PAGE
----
A Bit of History
Bristol Corinthian Yacht Club can trace its history back to 1931, when the Bristol Yacht Club was formed as an association of people interested in the sea and yachting. Its main objective was to promote and encourage the sport of yachting in all its aspects. The club had yachts based on the South Coast, and purchased six one design dinghies which were used for club racing in Portishead Dock. A Club Room was established in the St Vincent's Rocks Hotel, subsequently moved to the Royal Hotel.
By 1933, the club had grown to over 90 members with a number of cups and trophies organised for club cruising and racing competitions. Some of these, the King Cup and Dolphin Cup, are still presented today.
During the 1939-45 war, the club's activities were suspended, mainly as a result of many of its members being transferred to HM ships. In 1946 the club got underway again, and the Bristol Sailing Club was formed with the main objective of dinghy racing. By this time, the reservoir at Cheddar had been completed (building work started in 1931) and negotiations were made with The Bristol Waterworks Company - now Bristol Water - for Bristol Yacht Club and Bristol Sailing Club to sail on Cheddar Reservoir. BSC was responsible for the winter sailing programme, and BYC for the summer - members of either could sail in each other's club period, making it possible for all year round sailing, something BCYC still offers today.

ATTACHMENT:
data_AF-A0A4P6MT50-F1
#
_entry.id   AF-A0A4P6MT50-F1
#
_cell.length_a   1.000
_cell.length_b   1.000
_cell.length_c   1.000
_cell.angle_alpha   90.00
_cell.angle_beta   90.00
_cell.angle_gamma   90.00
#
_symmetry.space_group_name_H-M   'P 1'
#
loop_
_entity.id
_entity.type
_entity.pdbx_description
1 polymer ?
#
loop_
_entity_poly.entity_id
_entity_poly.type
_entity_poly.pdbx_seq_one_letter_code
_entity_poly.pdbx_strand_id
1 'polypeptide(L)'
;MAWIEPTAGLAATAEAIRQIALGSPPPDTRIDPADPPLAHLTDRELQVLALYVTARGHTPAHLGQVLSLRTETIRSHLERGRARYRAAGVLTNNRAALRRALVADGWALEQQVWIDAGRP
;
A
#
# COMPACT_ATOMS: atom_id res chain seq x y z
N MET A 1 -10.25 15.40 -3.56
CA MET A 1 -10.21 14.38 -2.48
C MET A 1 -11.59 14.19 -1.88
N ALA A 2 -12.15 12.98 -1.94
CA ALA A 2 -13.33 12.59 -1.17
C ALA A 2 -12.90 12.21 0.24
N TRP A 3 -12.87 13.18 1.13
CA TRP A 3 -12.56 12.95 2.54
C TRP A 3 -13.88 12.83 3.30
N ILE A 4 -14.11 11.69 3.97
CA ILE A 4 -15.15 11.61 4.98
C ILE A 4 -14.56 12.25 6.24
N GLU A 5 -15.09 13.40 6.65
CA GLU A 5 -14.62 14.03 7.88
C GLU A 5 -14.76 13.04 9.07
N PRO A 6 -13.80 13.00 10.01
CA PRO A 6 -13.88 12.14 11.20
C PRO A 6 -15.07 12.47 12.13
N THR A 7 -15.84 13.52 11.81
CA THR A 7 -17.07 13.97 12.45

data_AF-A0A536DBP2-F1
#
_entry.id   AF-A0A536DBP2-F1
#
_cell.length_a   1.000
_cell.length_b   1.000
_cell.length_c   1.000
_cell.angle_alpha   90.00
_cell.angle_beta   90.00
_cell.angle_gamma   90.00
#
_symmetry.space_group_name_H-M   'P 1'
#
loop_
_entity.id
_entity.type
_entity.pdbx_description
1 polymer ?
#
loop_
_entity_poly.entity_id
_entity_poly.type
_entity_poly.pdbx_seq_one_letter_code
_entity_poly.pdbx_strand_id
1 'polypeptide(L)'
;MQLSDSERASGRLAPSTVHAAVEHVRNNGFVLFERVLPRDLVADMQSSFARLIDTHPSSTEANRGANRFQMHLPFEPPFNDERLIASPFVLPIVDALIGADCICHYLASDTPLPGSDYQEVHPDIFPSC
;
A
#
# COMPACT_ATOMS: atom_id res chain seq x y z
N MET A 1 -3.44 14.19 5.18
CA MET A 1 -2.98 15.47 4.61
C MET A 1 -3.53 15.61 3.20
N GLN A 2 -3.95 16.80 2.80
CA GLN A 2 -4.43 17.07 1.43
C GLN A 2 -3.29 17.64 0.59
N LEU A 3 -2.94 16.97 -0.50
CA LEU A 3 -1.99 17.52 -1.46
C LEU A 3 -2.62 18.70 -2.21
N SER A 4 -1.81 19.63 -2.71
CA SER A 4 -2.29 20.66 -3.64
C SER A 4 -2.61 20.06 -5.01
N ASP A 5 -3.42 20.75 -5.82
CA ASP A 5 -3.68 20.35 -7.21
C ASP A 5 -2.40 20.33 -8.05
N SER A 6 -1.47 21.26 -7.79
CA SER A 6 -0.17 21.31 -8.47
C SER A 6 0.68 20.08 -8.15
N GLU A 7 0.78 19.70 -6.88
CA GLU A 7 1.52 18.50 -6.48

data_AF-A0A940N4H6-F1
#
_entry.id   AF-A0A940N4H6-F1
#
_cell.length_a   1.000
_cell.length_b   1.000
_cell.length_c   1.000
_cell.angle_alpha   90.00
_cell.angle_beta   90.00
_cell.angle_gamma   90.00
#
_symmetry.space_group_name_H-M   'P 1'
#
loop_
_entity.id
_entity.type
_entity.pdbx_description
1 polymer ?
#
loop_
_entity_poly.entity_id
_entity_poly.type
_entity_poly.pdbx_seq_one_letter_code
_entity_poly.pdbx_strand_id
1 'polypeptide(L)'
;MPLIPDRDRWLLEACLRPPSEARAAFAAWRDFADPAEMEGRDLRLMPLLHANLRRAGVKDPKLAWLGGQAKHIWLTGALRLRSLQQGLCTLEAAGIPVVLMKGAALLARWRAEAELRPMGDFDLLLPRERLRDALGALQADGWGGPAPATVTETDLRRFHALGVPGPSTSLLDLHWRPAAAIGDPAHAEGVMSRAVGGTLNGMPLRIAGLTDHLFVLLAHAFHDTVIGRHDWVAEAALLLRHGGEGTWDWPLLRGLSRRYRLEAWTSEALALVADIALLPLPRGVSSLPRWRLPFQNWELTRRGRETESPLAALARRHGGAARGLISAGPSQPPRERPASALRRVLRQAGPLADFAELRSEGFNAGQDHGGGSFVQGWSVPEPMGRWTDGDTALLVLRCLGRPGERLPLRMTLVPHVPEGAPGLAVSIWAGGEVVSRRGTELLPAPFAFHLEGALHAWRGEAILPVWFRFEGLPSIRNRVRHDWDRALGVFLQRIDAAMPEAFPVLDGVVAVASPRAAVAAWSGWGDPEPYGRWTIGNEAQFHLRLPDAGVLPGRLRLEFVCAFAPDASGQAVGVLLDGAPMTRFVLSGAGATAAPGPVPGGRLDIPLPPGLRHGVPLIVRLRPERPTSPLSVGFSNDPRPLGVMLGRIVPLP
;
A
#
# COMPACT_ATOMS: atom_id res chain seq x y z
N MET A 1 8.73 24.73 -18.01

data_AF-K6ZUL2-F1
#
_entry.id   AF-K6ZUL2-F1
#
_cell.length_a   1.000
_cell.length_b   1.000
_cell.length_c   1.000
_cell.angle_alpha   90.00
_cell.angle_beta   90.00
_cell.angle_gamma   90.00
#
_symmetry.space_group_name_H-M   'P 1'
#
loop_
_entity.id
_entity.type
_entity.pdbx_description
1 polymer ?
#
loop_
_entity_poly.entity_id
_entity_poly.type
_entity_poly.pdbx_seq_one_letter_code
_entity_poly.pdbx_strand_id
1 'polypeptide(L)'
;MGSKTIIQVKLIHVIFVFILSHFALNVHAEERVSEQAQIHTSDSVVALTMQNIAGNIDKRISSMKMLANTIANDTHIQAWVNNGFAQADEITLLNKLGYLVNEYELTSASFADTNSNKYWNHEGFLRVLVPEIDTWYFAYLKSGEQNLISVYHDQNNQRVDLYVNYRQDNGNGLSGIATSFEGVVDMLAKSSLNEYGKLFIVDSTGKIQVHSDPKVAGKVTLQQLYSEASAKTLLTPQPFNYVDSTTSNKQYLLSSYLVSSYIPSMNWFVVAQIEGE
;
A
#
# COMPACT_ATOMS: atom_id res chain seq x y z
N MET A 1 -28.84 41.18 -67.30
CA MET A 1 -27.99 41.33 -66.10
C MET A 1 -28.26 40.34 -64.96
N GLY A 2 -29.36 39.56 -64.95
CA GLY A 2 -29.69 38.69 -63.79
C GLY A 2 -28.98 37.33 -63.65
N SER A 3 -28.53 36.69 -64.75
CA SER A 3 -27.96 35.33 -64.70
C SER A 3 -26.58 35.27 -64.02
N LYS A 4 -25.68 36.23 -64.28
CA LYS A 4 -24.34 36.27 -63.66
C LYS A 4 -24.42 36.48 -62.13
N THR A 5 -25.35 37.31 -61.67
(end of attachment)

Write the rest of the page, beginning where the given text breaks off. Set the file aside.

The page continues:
In January 1950 the two clubs merged under the new title of Bristol Corinthian Yacht Club. Rudimentary changing facilities were established at the reservoir, and the present club house with under cover boat storage, galley, training room, bar, hot showers and spacious changing rooms was built in 1976 with the aid of a Sports Council grant.
Today the club continues to modernise with the introduction of new locational branding as Cheddar Watersports, reflecting the availability of paddlesports alongside dinghy sailing and windsurfing.